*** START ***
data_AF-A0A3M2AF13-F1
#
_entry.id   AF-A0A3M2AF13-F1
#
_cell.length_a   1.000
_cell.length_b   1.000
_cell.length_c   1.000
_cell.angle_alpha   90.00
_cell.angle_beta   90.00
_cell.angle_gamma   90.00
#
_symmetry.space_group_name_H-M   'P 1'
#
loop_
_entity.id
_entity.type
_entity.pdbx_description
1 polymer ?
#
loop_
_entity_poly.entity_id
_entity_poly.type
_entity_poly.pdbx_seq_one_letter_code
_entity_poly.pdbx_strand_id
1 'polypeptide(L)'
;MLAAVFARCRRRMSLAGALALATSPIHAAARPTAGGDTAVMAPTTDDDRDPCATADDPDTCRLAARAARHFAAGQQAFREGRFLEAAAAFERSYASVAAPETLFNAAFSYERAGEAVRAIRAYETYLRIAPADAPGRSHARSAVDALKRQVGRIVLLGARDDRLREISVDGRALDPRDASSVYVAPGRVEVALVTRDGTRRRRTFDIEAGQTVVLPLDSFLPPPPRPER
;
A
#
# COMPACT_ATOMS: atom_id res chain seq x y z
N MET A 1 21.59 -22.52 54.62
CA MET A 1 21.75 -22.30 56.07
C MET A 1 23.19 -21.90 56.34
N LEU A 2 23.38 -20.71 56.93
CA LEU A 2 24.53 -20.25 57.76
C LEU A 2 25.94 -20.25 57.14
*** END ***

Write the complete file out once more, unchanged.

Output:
data_AF-A0A3M2AF13-F1
#
_entry.id   AF-A0A3M2AF13-F1
#
_cell.length_a   1.000
_cell.length_b   1.000
_cell.length_c   1.000
_cell.angle_alpha   90.00
_cell.angle_beta   90.00
_cell.angle_gamma   90.00
#
_symmetry.space_group_name_H-M   'P 1'
#
loop_
_entity.id
_entity.type
_entity.pdbx_description
1 polymer ?
#
loop_
_entity_poly.entity_id
_entity_poly.type
_entity_poly.pdbx_seq_one_letter_code
_entity_poly.pdbx_strand_id
1 'polypeptide(L)'
;MLAAVFARCRRRMSLAGALALATSPIHAAARPTAGGDTAVMAPTTDDDRDPCATADDPDTCRLAARAARHFAAGQQAFREGRFLEAAAAFERSYASVAAPETLFNAAFSYERAGEAVRAIRAYETYLRIAPADAPGRSHARSAVDALKRQVGRIVLLGARDDRLREISVDGRALDPRDASSVYVAPGRVEVALVTRDGTRRRRTFDIEAGQTVVLPLDSFLPPPPRPER
;
A
#
# COMPACT_ATOMS: atom_id res chain seq x y z
N MET A 1 21.59 -22.52 54.62
CA MET A 1 21.75 -22.30 56.07
C MET A 1 23.19 -21.90 56.34
N LEU A 2 23.38 -20.71 56.93
CA LEU A 2 24.53 -20.25 57.76
C LEU A 2 25.94 -20.25 57.14